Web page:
When you discuss All-Time NBA legends, the name Bill Russell should automatically be a part of the conversation because he is one of the most prolific winners in sports history. During his 13-year career with the Boston Celtics, Russell was the cornerstone of a team that went to the NBA Finals 12 times, won 11 championships, and became one of the first sports team organizations to be labeled as a dynasty. On Sunday, July 31, with his wife Jeannine by his side, the NBA legend peacefully passed away.
Bill Russell was born in West Monroe, Louisiana, but his family moved to Oakland, California, when he was eight years old. He had a disappointing start in the sport of basketball as he was cut from his junior high school team. His coach acknowledged Russell was a raw talent who possessed unlimited potential. The coach advised Russell to work on the fundamentals of basketball. Russell proceeded to work on enhancing his defense and rebounding skills. Courtesy of hard work and dedication, Russell’s game improved. Once his high school career came to a close, Bill Russell didn’t have many scholarship offers. The University of San Francisco took a chance on him, and the gamble paid off as Russell helped USF win back-to-back National Championships in 1955 and 1956.
Russell’s ability to rebound and defend helped him gain the interest of the Boston Celtics, who decided to draft him. Before joining the Celtics, Russell competed in the 1956 Summer Olympics and won a gold medal. As an NBA rookie with the Boston Celtics, he averaged 14.7 points and 19.6 rebounds per game in route to helping the Celtics win the NBA championship.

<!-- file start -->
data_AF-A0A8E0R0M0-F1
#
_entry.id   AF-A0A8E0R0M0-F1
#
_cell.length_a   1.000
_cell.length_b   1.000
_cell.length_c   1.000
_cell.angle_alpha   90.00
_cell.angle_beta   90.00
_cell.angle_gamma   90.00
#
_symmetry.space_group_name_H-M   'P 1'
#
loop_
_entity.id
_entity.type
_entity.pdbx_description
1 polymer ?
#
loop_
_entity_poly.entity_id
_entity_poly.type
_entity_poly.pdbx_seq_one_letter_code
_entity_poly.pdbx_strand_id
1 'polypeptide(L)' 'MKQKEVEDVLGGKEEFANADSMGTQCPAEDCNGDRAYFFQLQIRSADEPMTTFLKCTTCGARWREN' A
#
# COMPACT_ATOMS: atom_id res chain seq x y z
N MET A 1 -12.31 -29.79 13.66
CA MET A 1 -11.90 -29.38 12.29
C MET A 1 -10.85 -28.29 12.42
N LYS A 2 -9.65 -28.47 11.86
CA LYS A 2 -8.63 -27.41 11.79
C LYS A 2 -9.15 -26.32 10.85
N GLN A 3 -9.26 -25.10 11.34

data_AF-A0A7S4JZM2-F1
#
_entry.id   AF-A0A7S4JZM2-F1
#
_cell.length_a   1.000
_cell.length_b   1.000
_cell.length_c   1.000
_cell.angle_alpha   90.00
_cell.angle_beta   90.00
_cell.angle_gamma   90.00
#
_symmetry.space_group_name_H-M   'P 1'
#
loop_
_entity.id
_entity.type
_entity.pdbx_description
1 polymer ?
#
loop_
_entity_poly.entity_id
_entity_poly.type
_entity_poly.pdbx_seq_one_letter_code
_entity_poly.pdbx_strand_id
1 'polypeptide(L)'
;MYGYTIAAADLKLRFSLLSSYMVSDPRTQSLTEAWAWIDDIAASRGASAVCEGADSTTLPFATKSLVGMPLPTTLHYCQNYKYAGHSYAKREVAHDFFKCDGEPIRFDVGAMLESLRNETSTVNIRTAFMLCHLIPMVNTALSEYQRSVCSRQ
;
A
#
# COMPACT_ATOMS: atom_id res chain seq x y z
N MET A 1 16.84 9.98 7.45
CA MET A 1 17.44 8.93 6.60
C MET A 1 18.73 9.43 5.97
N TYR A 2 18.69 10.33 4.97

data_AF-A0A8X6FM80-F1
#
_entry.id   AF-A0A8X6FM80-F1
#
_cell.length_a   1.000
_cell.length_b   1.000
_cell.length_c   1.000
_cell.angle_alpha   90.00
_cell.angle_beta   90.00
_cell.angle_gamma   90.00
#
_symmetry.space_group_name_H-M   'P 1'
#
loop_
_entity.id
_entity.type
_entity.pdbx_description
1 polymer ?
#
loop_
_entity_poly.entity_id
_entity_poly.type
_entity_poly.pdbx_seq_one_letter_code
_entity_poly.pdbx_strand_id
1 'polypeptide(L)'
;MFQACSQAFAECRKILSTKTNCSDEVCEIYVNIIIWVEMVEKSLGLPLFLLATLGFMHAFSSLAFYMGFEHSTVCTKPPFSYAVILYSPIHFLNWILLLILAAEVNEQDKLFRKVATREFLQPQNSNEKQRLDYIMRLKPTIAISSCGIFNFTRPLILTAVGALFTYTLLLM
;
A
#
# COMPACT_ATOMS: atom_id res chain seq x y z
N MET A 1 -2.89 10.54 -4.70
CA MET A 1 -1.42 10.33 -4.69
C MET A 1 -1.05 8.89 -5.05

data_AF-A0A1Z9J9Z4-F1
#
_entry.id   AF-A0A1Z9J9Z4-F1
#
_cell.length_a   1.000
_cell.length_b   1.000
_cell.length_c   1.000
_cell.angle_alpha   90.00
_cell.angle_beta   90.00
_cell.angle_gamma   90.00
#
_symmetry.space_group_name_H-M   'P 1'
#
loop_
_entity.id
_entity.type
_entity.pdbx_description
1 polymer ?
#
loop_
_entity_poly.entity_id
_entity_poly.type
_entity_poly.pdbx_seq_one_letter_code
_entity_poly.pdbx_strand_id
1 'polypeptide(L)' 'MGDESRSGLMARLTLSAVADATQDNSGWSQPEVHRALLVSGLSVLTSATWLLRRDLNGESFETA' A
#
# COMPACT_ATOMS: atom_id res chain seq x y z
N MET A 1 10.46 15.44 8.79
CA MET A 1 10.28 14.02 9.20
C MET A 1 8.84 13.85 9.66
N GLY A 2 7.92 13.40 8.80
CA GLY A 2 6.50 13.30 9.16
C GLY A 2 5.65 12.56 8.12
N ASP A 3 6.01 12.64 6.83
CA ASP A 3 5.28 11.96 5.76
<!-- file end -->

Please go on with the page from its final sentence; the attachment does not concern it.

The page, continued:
Russell continued to grow as a basketball player and became known as an excellent defender, intimidating shot blocker, and dominant rebounder. His contributions as a player served as a key component to the Celtics success. From 1959 to 1966, the Celtics won eight championships in a row. In addition to being a champion on the court, Russell was also a champion when it came to the civil rights movement. In 1961 he led a player protest when Celtic players were denied service in a Lexington, Kentucky restaurant. He also participated in the March to Washington in 1963, and in 1967 along with Jim Brown and Kareem Abdul-Jabbar, Russell showed his support for Muhammad Ali. At the time, Ali was facing a ban from boxing due to his refusal to be drafted into the Vietnam War.
In modern-day basketball, we refer to Michael Jordan and LeBron James as being the two GOATs of basketball. The one definitive achievement Bill Russell has over both of them is based on the two NBA championships he won as a player-coach. Russell was the NBA’s first Black head coach. He was a player coach for the Boston Celtics from 1966 to 1969.
When you mention Bill Russell, it’s hard not to mention the name Wilt Chamberlain because these two all-time greats had one of the most polarizing rivalries in the history of the NBA. Wilt held the edge in productivity, but Bill won nine more titles and held an 85-57 record in the head-to-head matchups.
When you say All-Time NBA greats, you have no choice but to say the name, Bill Russell. He had a career average of 15.1 points and 22.5 rebounds per game. He’s an 11-time NBA champion, 5- time NBA Most Valuable Player, 12-time NBA All-Star, the first player to record over 50 rebounds in one game, 4-time NBA rebounding champion, was elected to the NBA Hall of Fame in 1975, he was elected as one of the 50 Greatest Players in NBA history in 1996, and in 2011 President Barack Obama awarded Russell the Presidential Medal of Freedom. Bill Russell is the epitome of the word legend, and on July 31, 2022, the world lost a great person and an NBA pioneer.
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